Homeless vet populations are concentrated in seven states: California, Texas, Florida, New York, Colorado, Washington, and Oregon. Of course, need exists in every state. In Phoenix, Central Arizona Shelter Services will probably lose a half-million dollar VA grant it has relied on for at least ten years.

In March, southwest Minnesota announced that all its waiting lists were cleared, and all its homeless veterans were currently sheltered. The “how” is worth reading about, as well as the situation’s roots. Journalist Susan Du writes:

Part of the problem was the vilification that arose in the 1980s under Ronald Reagan, who pushed the caricature of the welfare queen who drove a Cadillac and ate steaks for every dinner on Uncle Sam’s dime. It allowed Reagan to make massive cuts to HUD. Ever since, low-income Americans have been fighting a housing shortage that keeps basic shelter out of reach even to those who work multiple jobs.

Meanwhile, celebrities are selling “Once in a lifetime experiences, luxury items, and autographed memorabilia” on eBay to help fund Homes For Our Troops, an organization that focuses on building “specially adapted custom homes for severely injured Post 9/11 Veterans.” The event runs through November 14.

Reactions?

Source: “Shelter: America’s Homeless Veterans,” AlJazeera.com, 11/03/17
Source: “VA drops goal of zero homeless veterans,” MilitaryTimes.com, 06/02/17
Source: “Programs and Services,” VetsResource.org
Source: “In southwest Minnesota, all homeless veterans finally have shelter,” CityPages.com, 03/23/17
Photo credit: mark6mauno via Visualhunt/CC BY

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The Somewhat Discouraging Universe of Tiny Homes

House the Homeless recently mentioned a very bare-bones type of individual housing unit, containing only bed, desk, and shelves, that costs $25,000 apiece. (Coincidentally, this is the same amount that American taxpayers shelled out for a “privacy booth” to be built inside the office of the head of the Environmental Protection Agency.) But if that sounds excessive, prepare for worse to come.

A British entrepreneur has come up the iKozie, a pod “designed to provide temporary accommodation for the homeless.” In this transitional scenario, the tenant will pay the rent and water bills and buy their own food, as training to become a fully functional member of society.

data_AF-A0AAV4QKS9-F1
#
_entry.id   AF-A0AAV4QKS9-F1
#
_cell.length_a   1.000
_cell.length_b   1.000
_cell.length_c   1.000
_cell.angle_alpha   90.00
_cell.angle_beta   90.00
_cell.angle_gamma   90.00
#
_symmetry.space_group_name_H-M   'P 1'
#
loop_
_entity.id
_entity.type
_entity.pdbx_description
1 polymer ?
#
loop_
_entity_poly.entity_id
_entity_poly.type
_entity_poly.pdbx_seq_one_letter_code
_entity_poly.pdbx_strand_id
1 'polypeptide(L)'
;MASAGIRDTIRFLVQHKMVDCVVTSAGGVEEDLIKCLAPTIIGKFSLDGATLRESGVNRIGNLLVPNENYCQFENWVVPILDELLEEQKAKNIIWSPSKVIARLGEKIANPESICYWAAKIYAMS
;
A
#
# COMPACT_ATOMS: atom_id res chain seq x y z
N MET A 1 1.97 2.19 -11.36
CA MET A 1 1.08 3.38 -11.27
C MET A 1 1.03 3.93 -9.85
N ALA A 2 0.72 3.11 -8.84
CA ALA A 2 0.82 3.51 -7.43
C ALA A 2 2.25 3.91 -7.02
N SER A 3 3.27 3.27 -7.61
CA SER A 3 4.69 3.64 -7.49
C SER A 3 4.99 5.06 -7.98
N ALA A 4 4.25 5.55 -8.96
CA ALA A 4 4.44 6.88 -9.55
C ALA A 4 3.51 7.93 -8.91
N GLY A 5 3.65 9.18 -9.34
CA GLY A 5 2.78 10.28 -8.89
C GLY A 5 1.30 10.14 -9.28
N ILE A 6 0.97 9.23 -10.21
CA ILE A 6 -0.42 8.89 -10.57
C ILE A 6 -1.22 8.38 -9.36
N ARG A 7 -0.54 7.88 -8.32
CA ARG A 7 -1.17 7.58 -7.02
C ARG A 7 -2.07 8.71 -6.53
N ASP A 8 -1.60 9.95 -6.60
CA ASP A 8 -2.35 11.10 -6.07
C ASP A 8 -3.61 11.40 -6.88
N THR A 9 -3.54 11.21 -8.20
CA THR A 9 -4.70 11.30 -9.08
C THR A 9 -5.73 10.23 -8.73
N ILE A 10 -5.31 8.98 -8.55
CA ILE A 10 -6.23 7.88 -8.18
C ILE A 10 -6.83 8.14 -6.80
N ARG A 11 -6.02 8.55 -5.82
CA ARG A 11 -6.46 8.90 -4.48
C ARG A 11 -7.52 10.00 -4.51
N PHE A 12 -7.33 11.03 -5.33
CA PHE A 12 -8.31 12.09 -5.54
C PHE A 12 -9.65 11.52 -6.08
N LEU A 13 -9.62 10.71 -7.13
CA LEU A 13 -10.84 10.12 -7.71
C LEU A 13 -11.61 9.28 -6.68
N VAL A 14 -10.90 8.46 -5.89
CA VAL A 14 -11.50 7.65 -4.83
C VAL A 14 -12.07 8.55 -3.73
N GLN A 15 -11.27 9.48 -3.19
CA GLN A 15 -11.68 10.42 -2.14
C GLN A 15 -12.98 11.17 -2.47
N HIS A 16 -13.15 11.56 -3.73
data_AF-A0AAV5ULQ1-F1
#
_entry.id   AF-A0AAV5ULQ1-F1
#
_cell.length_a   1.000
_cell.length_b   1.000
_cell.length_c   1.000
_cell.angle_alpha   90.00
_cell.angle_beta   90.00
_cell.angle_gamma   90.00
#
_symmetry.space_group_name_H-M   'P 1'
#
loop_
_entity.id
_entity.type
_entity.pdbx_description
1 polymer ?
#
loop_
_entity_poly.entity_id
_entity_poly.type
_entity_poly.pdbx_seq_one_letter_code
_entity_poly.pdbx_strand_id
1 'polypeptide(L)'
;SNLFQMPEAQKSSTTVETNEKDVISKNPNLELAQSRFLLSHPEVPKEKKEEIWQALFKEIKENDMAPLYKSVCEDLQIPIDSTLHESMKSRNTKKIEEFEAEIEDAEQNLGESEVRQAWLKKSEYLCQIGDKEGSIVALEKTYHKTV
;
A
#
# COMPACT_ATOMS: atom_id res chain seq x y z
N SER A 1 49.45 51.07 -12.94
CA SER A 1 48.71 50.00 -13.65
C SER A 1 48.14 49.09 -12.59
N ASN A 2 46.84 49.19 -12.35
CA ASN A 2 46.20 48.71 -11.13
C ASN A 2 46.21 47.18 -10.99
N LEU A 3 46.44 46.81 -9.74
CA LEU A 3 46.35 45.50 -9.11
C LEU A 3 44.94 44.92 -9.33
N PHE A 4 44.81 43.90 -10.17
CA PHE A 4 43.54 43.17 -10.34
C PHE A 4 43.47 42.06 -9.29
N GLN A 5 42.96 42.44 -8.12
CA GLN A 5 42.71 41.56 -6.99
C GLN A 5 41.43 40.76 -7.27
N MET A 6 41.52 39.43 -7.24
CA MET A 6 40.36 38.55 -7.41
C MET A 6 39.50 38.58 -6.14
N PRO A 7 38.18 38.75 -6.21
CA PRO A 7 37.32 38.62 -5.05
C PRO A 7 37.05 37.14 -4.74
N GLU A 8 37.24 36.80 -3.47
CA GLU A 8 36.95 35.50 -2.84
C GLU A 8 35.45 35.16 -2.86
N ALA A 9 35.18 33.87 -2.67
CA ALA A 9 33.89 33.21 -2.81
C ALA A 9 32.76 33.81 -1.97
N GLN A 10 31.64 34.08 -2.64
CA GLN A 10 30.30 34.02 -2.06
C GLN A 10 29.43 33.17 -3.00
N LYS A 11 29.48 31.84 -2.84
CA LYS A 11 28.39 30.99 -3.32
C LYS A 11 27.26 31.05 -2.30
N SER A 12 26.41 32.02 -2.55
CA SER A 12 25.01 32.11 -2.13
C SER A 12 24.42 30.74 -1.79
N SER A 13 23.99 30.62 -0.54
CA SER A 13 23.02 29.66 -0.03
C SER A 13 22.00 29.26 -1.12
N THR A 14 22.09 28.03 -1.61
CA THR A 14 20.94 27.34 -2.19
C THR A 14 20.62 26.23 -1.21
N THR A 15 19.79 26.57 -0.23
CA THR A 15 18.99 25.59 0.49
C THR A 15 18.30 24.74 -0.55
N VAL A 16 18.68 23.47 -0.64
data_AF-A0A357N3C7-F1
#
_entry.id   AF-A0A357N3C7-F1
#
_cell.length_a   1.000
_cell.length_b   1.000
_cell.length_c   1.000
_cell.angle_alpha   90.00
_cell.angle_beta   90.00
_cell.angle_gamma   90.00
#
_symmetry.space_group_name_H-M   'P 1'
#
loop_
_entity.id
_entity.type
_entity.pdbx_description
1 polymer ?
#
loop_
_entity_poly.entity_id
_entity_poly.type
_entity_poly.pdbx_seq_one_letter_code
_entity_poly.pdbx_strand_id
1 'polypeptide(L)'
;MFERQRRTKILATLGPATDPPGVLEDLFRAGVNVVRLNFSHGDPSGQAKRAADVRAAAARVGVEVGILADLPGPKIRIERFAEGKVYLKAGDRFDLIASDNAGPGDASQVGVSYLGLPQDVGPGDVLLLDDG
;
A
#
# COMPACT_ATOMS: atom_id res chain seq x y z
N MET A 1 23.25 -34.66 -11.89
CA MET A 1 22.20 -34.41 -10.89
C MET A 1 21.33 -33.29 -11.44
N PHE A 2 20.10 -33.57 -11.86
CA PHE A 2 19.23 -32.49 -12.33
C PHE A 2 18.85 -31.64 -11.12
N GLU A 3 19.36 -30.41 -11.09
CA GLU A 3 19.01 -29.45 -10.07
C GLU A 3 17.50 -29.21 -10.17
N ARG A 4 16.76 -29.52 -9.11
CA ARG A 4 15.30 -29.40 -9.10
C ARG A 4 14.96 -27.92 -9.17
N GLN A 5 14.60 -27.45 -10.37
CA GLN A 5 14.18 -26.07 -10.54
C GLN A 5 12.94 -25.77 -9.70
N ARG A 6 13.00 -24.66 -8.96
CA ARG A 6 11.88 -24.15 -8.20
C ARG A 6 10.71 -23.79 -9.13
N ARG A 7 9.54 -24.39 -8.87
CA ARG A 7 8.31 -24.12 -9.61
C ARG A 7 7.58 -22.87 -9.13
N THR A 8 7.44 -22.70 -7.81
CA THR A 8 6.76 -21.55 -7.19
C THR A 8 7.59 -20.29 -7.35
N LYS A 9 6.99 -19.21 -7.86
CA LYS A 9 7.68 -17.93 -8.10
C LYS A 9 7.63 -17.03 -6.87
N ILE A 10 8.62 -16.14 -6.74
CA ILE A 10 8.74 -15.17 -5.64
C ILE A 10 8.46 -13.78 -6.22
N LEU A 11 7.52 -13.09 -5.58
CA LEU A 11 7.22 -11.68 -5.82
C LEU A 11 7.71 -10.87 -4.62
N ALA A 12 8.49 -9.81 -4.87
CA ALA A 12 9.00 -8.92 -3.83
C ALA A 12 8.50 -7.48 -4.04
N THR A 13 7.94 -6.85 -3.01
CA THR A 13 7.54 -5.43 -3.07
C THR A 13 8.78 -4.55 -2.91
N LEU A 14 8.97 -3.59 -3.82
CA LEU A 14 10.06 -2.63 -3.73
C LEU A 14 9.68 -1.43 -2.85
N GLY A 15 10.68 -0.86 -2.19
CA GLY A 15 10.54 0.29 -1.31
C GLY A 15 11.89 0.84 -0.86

The pod contains a bedroom, full kitchen, bathroom “module,” and entertainment zone, all within 186 square feet. It is said to comply with planning and building regulations, “and has an A rating for energy efficiency.” A crane had to be rented to install the prototype in a volunteer’s backyard, which must add considerably to the tiny unit’s cost — close to $53,000 American.

Even that is an amazing deal, compared with Portland’s pods, whose cost is projected to be a jaw-dropping $75,000 each, paid for by public and private funds. (Wouldn’t a used RV set up on blocks be more economical?)

Leanna Garfield reports:

Each 200-square-foot pod will have a unique design… The pods will be able to house one adult and two children — inside, there will be a bed (some have bunk beds), shelves, a toilet, and a desk. They’ll all come with heat and full plumbing.

In Portland, some 200 homeowners have indicated preliminary willingness to host a pod in their backyard. The people who move in are meant to pay a certain amount of rent, while receiving the same social services as the city’s other sheltered homeless citizens.

This summer the program started with four families. Multnomah County is home to an estimated 4,000 unhoused people, so pricey mini-homes in backyards will not be the whole solution.